Network Working Group                                           J. Mogul
Request for Comments: 1191                                        DECWRL
Obsoletes: RFC 1063                                           S. Deering
                                                     Stanford University
                                                           November 1990

                           Path MTU Discovery

Status of this Memo

   This RFC specifies a protocol on the IAB Standards Track for the
   Internet community, and requests discussion and suggestions for
   improvements.  Please refer to the current edition of the "IAB
   Official Protocol Standards" for the standardization state and status
   of this protocol.  Distribution of this memo is unlimited.

                           Table of Contents

       Status of this Memo                                             1
       Abstract                                                        2
       Acknowledgements                                                2
       1. Introduction                                                 2
       2. Protocol overview                                            3
       3. Host specification                                           4
           3.1. TCP MSS Option                                         5
       4. Router specification                                         6
       5. Host processing of old-style messages                        7
       6. Host implementation                                          8
           6.1. Layering                                               9
           6.2. Storing PMTU information                              10
           6.3. Purging stale PMTU information                        11
           6.4. TCP layer actions                                     13
           6.5. Issues for other transport protocols                  14
           6.6. Management interface                                  15
       7. Likely values for Path MTUs                                 15
           7.1. A better way to detect PMTU increases                 16
       8. Security considerations                                     18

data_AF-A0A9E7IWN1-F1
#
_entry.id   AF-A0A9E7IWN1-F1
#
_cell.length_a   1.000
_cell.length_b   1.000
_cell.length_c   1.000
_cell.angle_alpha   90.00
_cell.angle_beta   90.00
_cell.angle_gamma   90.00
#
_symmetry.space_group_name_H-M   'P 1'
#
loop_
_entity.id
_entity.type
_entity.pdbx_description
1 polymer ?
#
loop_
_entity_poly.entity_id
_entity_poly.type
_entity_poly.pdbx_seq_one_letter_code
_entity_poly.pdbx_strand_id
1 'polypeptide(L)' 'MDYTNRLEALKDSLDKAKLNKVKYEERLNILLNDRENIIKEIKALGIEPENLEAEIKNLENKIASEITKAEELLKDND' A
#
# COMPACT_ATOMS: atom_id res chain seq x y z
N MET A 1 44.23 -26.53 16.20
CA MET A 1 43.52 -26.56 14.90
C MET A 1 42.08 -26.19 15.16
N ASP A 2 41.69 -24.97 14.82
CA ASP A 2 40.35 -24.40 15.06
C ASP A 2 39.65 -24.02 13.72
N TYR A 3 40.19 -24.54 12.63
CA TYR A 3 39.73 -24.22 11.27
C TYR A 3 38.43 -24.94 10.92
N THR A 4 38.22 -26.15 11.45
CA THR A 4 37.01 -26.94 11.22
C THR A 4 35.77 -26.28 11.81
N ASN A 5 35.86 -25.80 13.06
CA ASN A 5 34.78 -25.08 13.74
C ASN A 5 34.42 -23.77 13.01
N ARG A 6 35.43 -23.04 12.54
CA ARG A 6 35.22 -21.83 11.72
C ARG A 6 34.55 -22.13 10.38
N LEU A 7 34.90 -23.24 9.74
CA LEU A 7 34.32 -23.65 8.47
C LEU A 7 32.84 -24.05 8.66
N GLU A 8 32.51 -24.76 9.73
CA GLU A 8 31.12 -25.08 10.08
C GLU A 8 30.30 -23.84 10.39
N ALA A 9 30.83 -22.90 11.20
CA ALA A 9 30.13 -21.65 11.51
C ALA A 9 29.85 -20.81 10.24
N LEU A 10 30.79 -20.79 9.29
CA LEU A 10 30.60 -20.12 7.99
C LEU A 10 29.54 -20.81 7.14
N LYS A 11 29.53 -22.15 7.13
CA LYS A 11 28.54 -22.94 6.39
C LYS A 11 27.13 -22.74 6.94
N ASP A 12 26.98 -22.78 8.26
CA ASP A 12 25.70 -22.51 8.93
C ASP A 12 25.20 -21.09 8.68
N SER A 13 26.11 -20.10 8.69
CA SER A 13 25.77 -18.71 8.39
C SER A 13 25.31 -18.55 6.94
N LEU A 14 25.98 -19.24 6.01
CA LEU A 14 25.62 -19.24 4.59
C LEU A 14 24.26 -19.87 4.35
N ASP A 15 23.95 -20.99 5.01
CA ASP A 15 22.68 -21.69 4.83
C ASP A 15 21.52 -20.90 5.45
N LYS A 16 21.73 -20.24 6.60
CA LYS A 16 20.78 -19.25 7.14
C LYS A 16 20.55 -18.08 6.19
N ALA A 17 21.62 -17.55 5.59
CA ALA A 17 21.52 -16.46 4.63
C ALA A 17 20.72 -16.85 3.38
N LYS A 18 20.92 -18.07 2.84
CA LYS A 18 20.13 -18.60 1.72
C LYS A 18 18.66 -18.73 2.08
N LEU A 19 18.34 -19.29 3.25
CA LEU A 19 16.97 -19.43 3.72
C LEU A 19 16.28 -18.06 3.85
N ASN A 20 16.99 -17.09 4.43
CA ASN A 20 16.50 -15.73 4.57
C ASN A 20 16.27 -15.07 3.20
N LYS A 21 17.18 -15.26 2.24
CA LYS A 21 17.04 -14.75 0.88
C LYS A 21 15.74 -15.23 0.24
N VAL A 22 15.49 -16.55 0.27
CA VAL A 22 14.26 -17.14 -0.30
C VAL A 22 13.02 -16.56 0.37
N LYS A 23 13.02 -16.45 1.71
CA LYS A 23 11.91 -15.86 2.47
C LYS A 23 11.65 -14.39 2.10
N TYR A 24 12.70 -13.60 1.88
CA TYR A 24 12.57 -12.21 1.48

References                                                     18
       Authors' Addresses                                             19

                             List of Tables

       Table 7-1:   Common MTUs in the Internet                       17

Mogul & Deering                                                 [page 1]

RFC 1191                   Path MTU Discovery              November 1990


   This memo describes a technique for dynamically discovering the
   maximum transmission unit (MTU) of an arbitrary internet path.  It
   specifies a small change to the way routers generate one type of ICMP
   message.  For a path that passes through a router that has not been
   so changed, this technique might not discover the correct Path MTU,
   but it will always choose a Path MTU as accurate as, and in many
   cases more accurate than, the Path MTU that would be chosen by
   current practice.


   This proposal is a product of the IETF MTU Discovery Working Group.

   The mechanism proposed here was first suggested by Geof Cooper [2],
   who in two short paragraphs set out all the basic ideas that took the
   Working Group months to reinvent.

1. Introduction

   When one IP host has a large amount of data to send to another host,
   the data is transmitted as a series of IP datagrams.  It is usually
   preferable that these datagrams be of the largest size that does not
   require fragmentation anywhere along the path from the source to the
   destination.  (For the case against fragmentation, see [5].)  This
   datagram size is referred to as the Path MTU (PMTU), and it is equal
   to the minimum of the MTUs of each hop in the path.  A shortcoming of